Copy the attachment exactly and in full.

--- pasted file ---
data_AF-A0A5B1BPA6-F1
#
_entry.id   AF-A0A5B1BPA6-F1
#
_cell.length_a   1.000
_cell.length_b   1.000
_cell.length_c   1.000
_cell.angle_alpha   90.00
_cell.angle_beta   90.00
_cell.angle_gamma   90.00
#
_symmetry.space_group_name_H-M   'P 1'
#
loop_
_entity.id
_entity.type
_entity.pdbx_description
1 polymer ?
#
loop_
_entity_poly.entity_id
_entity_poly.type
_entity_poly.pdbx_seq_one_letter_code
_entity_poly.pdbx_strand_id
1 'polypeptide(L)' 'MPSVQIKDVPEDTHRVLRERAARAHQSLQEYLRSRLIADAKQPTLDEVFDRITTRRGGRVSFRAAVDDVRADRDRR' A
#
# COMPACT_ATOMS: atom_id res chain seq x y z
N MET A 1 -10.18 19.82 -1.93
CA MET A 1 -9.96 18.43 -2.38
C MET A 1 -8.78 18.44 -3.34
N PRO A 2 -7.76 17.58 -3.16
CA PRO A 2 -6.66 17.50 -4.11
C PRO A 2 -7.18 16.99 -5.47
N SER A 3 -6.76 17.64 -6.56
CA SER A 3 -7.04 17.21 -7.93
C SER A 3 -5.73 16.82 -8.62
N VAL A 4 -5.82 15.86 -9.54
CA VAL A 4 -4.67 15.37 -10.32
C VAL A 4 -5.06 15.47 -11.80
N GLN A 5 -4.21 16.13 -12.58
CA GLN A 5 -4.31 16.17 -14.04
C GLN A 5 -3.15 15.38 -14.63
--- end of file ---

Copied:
data_AF-A0A5B1BPA6-F1
#
_entry.id   AF-A0A5B1BPA6-F1
#
_cell.length_a   1.000
_cell.length_b   1.000
_cell.length_c   1.000
_cell.angle_alpha   90.00
_cell.angle_beta   90.00
_cell.angle_gamma   90.00
#
_symmetry.space_group_name_H-M   'P 1'
#
loop_
_entity.id
_entity.type
_entity.pdbx_description
1 polymer ?
#
loop_
_entity_poly.entity_id
_entity_poly.type
_entity_poly.pdbx_seq_one_letter_code
_entity_poly.pdbx_strand_id
1 'polypeptide(L)' 'MPSVQIKDVPEDTHRVLRERAARAHQSLQEYLRSRLIADAKQPTLDEVFDRITTRRGGRVSFRAAVDDVRADRDRR' A
#
# COMPACT_ATOMS: atom_id res chain seq x y z
N MET A 1 -10.18 19.82 -1.93
CA MET A 1 -9.96 18.43 -2.38
C MET A 1 -8.78 18.44 -3.34
N PRO A 2 -7.76 17.58 -3.16
CA PRO A 2 -6.66 17.50 -4.11
C PRO A 2 -7.18 16.99 -5.47
N SER A 3 -6.76 17.64 -6.56
CA SER A 3 -7.04 17.21 -7.93
C SER A 3 -5.73 16.82 -8.62
N VAL A 4 -5.82 15.86 -9.54
CA VAL A 4 -4.67 15.37 -10.32
C VAL A 4 -5.06 15.47 -11.80
N GLN A 5 -4.21 16.13 -12.58
CA GLN A 5 -4.31 16.17 -14.04
C GLN A 5 -3.15 15.38 -14.63